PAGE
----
Barclays launches Indigo Square commerce site

Most Internet users won't shop online because of security and ease-of-use concerns. Barclays plans to change all that single-handedly with a new site

A new e-mall, designed to chase away consumer concerns over online security in time for Christmas, is being launched by Barclays. The big bank hopes aims to get 13 million people interested in e-commerce with the mall, dubbed Indigo Square.

IndigoSquare (, a £30m joint venture between Barclays Group and investment bank Nomura International, is a follow-up to Barclay Square, an early attempt at creating an online shopping mall. Barclay Square was a early e-commerce casualty suffering from a lack of take-up due to its registration requirement and the fact that only selected retailers were allowed to join the scheme.

IndigoSquare tosses out its predecessor's "walled garden" approach, instead offering a broad portal to over one million products offered by 50 online retailers. The company promises the number of retailers will increase to 100 by Christmas.

Key is IndigoSquare's decision to associate the site with the Barclaycard brand. The company hopes it will give customers a feeling of security they might lack when heading to the latest fly-by-night e-commerce outfit.

Barclays concedes that a lack of confidence is one of the main factors preventing Internet users from shopping online. "There are around 17 million people online at the moment, but only around four million are shopping. That means 13 million are not shopping," said IndigoSquare chief executive Mark Shea. "When you look heavily at that group, over 90 percent want to shop, but [security issues are] holding them back."

The new site solves that problem, Shea believes. "It could make a fundamental difference," he said. "By removing the barriers of security and ease-of-use there's no longer any reason why those people will not shop online."

IndigoSquare launches as concerns increase over the lack of security and unreliability of UK shopping sites. A recent study by the Trade Standards Institute found more than a third of 102 UK-based e-commerce sites were problematic, with 38 percent of orders not arriving on time and a surprising 17 percent unfulfilled because of system crashes, out-of-stock items, forgotten orders, or companies collapsing.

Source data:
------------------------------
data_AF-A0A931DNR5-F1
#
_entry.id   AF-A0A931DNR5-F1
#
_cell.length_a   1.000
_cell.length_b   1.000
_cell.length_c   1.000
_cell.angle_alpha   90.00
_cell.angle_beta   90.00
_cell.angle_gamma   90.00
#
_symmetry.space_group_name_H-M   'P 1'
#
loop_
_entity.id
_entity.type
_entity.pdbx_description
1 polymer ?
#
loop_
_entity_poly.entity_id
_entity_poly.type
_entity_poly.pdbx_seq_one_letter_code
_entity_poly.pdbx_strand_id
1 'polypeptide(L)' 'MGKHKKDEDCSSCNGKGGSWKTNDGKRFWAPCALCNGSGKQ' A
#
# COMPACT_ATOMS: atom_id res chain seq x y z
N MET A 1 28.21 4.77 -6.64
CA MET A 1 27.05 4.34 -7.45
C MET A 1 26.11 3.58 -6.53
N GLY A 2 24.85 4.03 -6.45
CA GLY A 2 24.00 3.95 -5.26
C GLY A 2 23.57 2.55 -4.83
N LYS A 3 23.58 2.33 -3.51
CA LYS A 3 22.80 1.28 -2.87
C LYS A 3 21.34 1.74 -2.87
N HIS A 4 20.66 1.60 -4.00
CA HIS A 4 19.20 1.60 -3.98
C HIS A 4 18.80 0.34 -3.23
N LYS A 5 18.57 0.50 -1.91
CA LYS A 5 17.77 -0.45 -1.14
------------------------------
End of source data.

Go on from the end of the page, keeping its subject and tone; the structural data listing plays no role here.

Another study found online retailers were often lax in responding to customers or giving out contact information.

Sceptics about IndigoSquare might point to the collapse of Barclay Square, but Shea says the new venture has learned from past mistakes. "There were a couple of key learnings from Barlcay Square: one is that choice is key," he said. "You need a large number of retailers and products. Because of the walled-garden controlled environment, Barclay Square had a limited number of retailers."

The new site is a gateway into e-commerce sites such as Micro Warehouse and Interflora, bringing together everything from kitchen supplies to video games into one site. Retailers do not have to pay a fee to be listed; IndigoSquare gets a commission on each sale made through its referrals. Barclays vets its retail partners and guarantees the security and ease-of-use of its partners' sites, for example requiring they provide contact details and a reference number as confirmation of your purchase.

However, each partner has its own payment system, so, for example, if you order three products from three different partners, you will have to enter your credit card number three times.

Customers might also find some categories a bit sparsely-stocked to begin with: book partners, for example, do not include any of the major online booksellers such as, or

IndigoSquare will be supported by £10m of advertising in the first 12 months, the company said.

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